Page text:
Is there anything more passé than cupcakes? It’s like 2006 up in here. Even the macaron parlors that were the “next cupcake” and the doughnut-croissant hybrids that were the “next macaron” are old news. And s’mores? My goodness, they’re so trodden, they halfway to becoming a potato chip flavor.
Celebration Cakes Archive
It has been 1 year, 6 months and 6 days since I last shared a recipe for a stacked, filled, and unconscionably indulgent layer cake on this site, an unforgivable oversight on my part. I certainly haven’t gone that long without sharing any cake recipes — I’m not a monster — but sometimes you need more than an Everyday Cake. Sometimes you need a great big celebratory ta-da in the center of your table. Sometime like now.
It’s been a little quiet around here this week and I bet you already know why: moving out is the easy part! Moving in, hoo boy. You walk into an empty new home with freshly painted walls and there’s nothing but possibility. You run from room to room, whee! Then your stuff arrives and the pristine landscape is forever compromised. The first boxes aren’t so bad: you prioritize bedding, toilet paper, toothbrushes and whiskey (um, just play along here.) The next few boxes are pretty doable too: glasses go where they always have, books go in bookcases and lamps go on tables. But then, eventually, you get down to the last six boxes and you look around and you realize that the closets, cabinets, dressers and shelves are all full so where does this go? Then, if you’re us, the great unraveling begins: how did we get to a place where we had so much stuff? I thought we were going to resist the siren call of consumption (says she who just purchased what can only be considered a luxury ice cube tray). How did I get to a place in my life where I had 125 cookie cutters, 9 shades of sanding sugar and cupcake wrappers in at least 7 patterns that I can neither bring myself to throw away or justify the space they will take up? The last 6 boxes take forever to unpack; you’ll be glad you prioritized the whiskey.
This birthday cake was assigned to the side of the family whose dessert preferences can be roughly summarized as chocolate + anything else, but if that “else” were cheesecake, coffee, peanut butter or raspberries, all the better, thank you very much. Non-chocolate desserts are regarded politely, like curiosities at a zoo; perhaps something another family might enjoy? Their dessert formula can be thanked for all sorts of archive wonders, such as the Chocolate-Caramel Cheesecake, Double Chocolate Layer Cake, Espresso Chiffon Cake with Fudge Frosting, Brownie Mosaic Cheesecake, Double-Chocolate Torte, Chocolate Peanut Butter Cake and Cappuccino-Fudge Cheesecake.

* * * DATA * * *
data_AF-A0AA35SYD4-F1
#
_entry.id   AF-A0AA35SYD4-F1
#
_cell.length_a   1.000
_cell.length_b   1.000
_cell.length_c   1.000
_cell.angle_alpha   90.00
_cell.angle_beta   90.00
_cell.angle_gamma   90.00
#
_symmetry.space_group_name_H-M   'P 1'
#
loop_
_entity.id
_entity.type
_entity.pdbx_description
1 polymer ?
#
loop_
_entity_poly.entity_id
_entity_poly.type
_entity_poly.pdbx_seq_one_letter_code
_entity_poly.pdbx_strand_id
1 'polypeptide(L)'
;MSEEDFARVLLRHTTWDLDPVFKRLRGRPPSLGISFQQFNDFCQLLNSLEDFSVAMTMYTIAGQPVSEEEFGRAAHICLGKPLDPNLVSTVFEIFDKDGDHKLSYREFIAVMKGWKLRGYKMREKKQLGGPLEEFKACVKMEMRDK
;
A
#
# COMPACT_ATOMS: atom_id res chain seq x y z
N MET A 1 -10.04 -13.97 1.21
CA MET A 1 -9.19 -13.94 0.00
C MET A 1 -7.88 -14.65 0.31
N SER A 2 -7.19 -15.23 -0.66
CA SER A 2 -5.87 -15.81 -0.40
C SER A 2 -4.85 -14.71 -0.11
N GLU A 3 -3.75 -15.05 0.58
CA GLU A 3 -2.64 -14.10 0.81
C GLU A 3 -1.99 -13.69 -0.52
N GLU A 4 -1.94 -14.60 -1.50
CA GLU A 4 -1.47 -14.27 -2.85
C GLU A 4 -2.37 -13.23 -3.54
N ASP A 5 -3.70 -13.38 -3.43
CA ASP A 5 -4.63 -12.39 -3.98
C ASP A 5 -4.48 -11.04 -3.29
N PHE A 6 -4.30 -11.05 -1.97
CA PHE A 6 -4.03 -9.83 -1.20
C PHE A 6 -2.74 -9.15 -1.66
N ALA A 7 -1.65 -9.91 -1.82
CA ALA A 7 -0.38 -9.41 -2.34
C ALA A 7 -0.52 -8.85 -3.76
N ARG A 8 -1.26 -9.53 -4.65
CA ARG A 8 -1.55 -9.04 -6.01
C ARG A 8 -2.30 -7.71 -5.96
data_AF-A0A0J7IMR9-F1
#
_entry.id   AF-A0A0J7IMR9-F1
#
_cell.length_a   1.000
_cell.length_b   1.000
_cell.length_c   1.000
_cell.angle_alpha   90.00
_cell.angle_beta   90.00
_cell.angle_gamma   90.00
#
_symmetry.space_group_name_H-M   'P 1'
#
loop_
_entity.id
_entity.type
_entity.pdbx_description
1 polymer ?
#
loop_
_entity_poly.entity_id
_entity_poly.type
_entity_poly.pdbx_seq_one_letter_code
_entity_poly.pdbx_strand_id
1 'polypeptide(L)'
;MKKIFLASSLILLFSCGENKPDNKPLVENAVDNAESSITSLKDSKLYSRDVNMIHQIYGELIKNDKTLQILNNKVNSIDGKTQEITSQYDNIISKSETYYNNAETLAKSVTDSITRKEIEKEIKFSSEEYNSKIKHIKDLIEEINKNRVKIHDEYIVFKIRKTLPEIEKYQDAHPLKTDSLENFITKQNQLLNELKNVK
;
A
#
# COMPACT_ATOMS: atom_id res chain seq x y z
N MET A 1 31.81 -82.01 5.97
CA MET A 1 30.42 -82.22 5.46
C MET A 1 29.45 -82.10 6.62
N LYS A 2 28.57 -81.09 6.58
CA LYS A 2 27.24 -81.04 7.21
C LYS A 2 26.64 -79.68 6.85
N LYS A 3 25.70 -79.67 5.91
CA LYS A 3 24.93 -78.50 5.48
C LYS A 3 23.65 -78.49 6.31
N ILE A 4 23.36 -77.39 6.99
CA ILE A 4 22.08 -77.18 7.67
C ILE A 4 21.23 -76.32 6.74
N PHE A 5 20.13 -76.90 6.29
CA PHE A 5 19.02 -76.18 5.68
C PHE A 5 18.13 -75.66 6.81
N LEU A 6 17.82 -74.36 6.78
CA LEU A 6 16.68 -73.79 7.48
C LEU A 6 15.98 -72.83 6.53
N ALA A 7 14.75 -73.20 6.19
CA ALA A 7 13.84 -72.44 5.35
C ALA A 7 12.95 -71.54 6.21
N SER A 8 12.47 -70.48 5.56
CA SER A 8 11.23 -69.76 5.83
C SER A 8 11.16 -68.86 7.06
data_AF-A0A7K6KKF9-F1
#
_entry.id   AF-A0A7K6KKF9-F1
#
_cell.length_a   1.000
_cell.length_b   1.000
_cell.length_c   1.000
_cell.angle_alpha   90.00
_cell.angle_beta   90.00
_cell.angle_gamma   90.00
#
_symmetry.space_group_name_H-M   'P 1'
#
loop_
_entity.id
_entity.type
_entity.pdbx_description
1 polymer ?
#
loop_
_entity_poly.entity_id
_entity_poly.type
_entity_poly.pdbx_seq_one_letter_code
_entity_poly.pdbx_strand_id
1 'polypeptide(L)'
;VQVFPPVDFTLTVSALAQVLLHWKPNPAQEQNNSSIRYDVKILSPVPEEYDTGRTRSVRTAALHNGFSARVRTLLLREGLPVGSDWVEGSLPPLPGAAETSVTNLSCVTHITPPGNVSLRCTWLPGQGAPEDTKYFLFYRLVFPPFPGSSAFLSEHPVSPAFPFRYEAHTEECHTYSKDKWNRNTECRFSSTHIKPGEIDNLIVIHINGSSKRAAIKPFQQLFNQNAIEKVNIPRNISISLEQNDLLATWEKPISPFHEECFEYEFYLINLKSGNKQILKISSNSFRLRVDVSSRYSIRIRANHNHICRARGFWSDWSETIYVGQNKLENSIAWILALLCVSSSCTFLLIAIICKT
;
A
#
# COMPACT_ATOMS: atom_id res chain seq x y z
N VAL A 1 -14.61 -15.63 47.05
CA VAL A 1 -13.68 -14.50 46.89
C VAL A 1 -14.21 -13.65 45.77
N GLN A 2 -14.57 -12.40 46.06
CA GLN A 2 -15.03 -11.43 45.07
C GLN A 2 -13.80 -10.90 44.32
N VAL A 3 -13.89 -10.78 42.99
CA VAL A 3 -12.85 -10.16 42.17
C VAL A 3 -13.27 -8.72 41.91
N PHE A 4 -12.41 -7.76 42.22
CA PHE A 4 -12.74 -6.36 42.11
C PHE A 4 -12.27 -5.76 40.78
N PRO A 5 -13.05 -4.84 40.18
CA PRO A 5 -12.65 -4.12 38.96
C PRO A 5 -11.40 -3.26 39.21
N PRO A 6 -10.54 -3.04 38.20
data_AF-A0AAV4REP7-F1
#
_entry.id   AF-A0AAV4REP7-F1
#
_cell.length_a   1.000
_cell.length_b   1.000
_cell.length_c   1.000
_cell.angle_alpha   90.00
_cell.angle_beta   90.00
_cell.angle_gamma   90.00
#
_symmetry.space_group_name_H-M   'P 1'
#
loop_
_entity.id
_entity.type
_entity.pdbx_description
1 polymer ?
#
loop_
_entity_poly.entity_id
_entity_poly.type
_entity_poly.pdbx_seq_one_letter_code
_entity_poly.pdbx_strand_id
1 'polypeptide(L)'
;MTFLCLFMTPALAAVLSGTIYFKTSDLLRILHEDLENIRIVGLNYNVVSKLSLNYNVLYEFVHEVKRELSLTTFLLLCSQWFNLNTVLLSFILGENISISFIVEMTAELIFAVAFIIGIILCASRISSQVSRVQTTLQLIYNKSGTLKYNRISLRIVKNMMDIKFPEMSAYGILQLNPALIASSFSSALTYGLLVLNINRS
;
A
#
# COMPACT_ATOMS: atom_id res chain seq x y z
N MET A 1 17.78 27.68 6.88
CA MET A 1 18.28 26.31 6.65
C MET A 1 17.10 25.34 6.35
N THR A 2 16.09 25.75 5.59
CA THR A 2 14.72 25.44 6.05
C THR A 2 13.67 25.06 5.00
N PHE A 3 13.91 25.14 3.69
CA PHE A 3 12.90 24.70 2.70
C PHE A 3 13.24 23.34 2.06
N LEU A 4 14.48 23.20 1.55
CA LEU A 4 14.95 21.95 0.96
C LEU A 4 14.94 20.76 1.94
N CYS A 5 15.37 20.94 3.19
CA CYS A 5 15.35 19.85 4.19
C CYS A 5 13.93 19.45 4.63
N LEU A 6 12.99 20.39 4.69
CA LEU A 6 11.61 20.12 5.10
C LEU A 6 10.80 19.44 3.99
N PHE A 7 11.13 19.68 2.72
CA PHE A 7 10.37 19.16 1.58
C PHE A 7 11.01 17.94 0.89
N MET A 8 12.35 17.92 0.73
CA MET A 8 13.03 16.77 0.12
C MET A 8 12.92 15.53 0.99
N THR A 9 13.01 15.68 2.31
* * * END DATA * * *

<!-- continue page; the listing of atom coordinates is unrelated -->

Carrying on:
I hope you don’t mind me going briefly off-topic here. I know that the holiday week demands exclusive chatter about giblets and squash and all the things we can pour butter and cream into, but I had the best revelation this week and even though it’s about as revolutionary of a concept as, brr, it’s cold outside in November, I’m going to tell you about it anyway because that’s what I do here.
My son’s first birthday cake was a banana cake with fudge frosting and it was shaped like a monkey with a mini-monkey smash cake. Because he loved them so much, his second birthday cake had to involve graham crackers, but in my carried-away hands it turned into a s’more layer cake (in the book) with a milk chocolate filling and a marshmallow frosting that was toasted because really, how could I not? His third birthday cake was a celebration of fall and trains — apples, applesauce, pie spices and a subway map on top because he was then and still is subway-obsessed. And I had already started plotting his fourth birthday cake — something involving massive pillows brown sugar-broiled peaches and sour cream, with the faintest trace of nutmeg, all late summery and perfect — when I had the strangest idea, something that hadn’t once occurred to me before: I asked him what kind of cake he wanted, and do you know what he said?
I realize that given the sheer number of two and three-layered, springform-bound and buttercream-shellacked celebration cakes I keep in the archives, you’d imagine that I had some pretty spectacular birthday cakes growing up. You’d be correct, but they were almost never homemade, not because I was suffering from cake-neglect, but because the only one I requested every year for my birthday was an ice cream cake, preferably from Carvel. Okay, insistently from Carvel, you know, the one in the strip mall at the end of the main road. The Carvel ice cream cake was, to me, as perfect as a June birthday cake could be — a layer each of chocolate and vanilla ice creams, separated by a smattering of Oreo-ish cookie rubble, coated with a suspiciously unbuttery buttercream and scattered with colored sprinkles. It was perfect. I loved it. I saw no reason anything should ever change.